A simple GUI for basic Package Management with Apt

The tool presented here, „Simple Apt Update“ (simple-apt-update) is nothing more than a front-end to the non-interactive execution of apt-get update|full-upgrade and apt list --upgradeable. It can look like this:

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Maintaining Multi-Line „stat“ Formats using Bourne Again Shell

The stat command from GNU core utilities features not only a --format FORMAT option but also a --printf FORMAT one, the difference being that the latter allows for backslash escapes such as \n.

This allows for custom per-file report formats containing newlines, for example:

stat --printf 'Name: %n\nSize: %s Bytes\n' /etc/passwd

If the format string becomes more complex, the command line soon becomes unwieldy, such as:

stat --printf 'Name: %n\nOwner ID: %u\nSize: %s Bytes\nLast accessed: %x\n' /etc/passwd

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Make a Bourne Again Shell Script Log its Output to a File

The Bourne Again Shell script presented in this article demonstrates techniques related to capturing and logging output (standard output and standard error stream) of a script into a log file while also delivering it to the regular output destinations (for example the terminal or whatever the caller has chosen to redirect to). Some questions are addressed:

  • How to „clone“ standard output and standard error stream of a shell script to a single log file?
  • Are the messages from both streams interleaved into a single file in the appropriate order?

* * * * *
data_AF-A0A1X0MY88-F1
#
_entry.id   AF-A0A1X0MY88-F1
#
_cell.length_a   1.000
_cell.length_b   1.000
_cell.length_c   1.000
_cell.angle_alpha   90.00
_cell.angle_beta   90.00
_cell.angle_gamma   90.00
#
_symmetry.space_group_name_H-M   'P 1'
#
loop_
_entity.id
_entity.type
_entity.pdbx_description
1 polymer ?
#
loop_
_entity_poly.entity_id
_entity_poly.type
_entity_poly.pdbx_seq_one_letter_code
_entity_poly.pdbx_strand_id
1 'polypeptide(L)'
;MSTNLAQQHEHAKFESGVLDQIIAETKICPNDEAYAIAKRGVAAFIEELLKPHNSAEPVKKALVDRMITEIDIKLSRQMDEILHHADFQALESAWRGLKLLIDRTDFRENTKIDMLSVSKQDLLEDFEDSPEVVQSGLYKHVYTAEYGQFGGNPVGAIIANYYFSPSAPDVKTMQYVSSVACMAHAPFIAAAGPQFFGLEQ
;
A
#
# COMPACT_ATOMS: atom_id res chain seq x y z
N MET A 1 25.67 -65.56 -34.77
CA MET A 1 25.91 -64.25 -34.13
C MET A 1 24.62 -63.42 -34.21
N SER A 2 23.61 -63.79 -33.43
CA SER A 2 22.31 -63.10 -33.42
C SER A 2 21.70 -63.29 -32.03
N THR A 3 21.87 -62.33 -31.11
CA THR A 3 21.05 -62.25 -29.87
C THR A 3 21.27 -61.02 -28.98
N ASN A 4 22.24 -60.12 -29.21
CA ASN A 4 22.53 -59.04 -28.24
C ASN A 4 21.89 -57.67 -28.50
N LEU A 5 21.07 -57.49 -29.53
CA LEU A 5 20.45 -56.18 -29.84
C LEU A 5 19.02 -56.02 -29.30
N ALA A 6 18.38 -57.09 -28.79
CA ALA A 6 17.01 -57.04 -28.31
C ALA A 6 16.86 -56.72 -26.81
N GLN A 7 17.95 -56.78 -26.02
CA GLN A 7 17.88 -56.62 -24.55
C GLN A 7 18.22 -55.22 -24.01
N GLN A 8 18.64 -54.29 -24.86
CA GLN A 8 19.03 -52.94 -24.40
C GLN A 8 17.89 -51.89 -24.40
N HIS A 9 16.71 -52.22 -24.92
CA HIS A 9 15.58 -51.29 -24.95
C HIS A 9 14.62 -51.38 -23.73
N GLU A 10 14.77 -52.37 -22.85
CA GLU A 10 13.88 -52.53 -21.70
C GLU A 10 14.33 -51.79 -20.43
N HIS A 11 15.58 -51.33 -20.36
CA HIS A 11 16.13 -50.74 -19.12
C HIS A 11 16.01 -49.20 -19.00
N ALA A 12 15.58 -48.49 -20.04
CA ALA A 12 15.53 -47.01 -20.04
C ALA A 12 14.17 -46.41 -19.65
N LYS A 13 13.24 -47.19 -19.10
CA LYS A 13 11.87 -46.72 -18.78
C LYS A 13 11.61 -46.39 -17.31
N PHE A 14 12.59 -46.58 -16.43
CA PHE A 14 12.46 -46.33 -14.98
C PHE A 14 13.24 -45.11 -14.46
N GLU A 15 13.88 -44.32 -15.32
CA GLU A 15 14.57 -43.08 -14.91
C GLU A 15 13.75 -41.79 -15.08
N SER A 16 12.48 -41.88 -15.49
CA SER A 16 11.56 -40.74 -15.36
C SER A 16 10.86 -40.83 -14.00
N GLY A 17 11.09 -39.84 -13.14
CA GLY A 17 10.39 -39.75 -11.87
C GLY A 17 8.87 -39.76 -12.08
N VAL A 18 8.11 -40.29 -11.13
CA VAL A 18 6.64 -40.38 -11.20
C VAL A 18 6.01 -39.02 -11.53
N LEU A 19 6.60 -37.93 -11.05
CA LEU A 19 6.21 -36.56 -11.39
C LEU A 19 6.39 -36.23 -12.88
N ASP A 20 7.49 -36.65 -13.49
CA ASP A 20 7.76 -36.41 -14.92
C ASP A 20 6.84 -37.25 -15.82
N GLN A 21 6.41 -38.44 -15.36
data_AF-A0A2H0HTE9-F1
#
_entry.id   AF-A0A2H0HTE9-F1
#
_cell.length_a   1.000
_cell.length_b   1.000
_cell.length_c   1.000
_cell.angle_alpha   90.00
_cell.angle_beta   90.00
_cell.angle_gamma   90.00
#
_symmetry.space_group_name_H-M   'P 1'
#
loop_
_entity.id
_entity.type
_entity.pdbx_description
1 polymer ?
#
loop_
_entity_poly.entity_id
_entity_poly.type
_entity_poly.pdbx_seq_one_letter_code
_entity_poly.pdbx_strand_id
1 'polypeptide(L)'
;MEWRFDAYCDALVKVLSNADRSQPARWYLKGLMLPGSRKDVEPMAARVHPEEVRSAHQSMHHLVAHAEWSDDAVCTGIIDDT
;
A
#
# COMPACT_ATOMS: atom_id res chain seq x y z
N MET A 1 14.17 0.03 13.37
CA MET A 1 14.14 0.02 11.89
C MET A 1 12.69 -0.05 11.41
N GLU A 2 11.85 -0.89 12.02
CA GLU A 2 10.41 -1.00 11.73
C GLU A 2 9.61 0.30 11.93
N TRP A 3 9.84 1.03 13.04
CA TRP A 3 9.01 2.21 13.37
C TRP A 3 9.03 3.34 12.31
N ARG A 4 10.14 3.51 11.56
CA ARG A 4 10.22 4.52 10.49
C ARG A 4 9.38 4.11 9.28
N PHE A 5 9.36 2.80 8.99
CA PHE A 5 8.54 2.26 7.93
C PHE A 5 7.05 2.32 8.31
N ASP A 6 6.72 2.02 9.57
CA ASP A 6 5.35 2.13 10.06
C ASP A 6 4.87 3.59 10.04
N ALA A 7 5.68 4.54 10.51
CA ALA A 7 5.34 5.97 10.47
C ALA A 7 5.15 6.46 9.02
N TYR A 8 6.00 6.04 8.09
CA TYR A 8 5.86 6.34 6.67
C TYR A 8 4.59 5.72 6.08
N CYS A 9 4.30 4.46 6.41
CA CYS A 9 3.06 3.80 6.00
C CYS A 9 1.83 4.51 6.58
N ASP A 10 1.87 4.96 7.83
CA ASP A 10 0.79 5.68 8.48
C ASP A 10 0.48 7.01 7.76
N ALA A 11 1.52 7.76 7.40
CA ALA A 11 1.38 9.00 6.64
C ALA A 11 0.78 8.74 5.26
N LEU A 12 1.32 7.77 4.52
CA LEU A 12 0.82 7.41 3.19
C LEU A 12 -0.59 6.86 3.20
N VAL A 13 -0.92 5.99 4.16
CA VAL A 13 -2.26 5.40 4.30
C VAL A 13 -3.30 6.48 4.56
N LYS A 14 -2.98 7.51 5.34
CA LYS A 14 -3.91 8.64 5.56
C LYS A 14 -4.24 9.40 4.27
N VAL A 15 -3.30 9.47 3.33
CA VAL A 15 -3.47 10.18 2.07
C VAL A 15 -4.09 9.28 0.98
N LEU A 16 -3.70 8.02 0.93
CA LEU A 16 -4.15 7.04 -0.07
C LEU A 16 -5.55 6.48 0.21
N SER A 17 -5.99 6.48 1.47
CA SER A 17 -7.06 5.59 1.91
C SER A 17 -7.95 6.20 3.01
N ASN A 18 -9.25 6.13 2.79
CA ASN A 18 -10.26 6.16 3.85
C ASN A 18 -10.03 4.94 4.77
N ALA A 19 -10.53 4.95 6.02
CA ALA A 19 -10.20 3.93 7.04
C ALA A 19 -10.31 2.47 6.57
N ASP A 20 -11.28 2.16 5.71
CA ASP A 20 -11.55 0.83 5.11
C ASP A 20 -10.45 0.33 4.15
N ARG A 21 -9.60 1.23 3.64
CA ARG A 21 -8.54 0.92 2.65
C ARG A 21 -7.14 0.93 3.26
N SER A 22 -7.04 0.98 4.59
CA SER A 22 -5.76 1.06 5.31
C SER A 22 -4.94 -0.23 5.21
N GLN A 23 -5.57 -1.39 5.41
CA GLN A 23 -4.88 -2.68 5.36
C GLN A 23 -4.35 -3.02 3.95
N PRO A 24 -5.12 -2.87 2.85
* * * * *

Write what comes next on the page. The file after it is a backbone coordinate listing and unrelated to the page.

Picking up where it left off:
• Can a script perform output cloning for some portions of its procedure while skipping it for others?
  • Are there specific requirements for output that is to be cloned to a file?
  • Are there best practices when a script modifies its own output redirections?

The example provided below has been tested on GNU/Linux using GNU „bash“ version 5 and „tee“ version 8.32 from GNU coreutils. It uses the Bash-only feature of process substitution. An implementation in POSIX Shell (possibly using only POSIX tools) would be more difficult.

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Using sed or awk to ensure a specific last Line in a Text

Given a file containing bytes of text with lines separated by the newline character (\n), one of these lines can be said to be „the last line of the file“; it is a sequence of bytes occurring in the file, for which holds:

  • The sequence contains no newline character, and
  • the sequence is followed by at most one newline character and no other bytes.

The task at hand is, using shell utilities, to write a procedure that makes sure that a given file contains a last line that contains a desired sequence of text characters.

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Fotos von Palma de Mallorca und Umgebung

I went to CLT23 …

… and i got a new coffee mug. 🙂

Determine IPv4 Addresses of a Libvirt Qemu-KVM Domain

In the VM, on Redhat-likes, make sure that the Qemu guest agent is installed:

dnf install qemu-guest-agent

On Debian-likes, execute:

apt install qemu-guest-agent

For Microsoft Windows guests, there are some tutorials on the web, see for example [1].

On the HV, execute:

virsh qemu-agent-command --domain myvm \
    '{"execute":"guest-network-get-interfaces"}' | \
    jq -r '
        [.return[] | select(.name!="lo") | ."ip-addresses"] | flatten |
        .[] | select(."ip-address-type"=="ipv4")."ip-address"

The output should be one IPv4 address per line.

If you are interested in IPv4 and IPv6 addresses instead, just skip the „select“ filter:

virsh qemu-agent-command --domain myvm \
    '{"execute":"guest-network-get-interfaces"}' | \
    jq -r '
        [.return[] | select(.name!="lo") | ."ip-addresses"] | flatten |
        .[]."ip-address" '


 Two Paintings

Did i mention that i like Blender?

The Dark City (Version 3-7)

Cryptospheres (Version 1-1)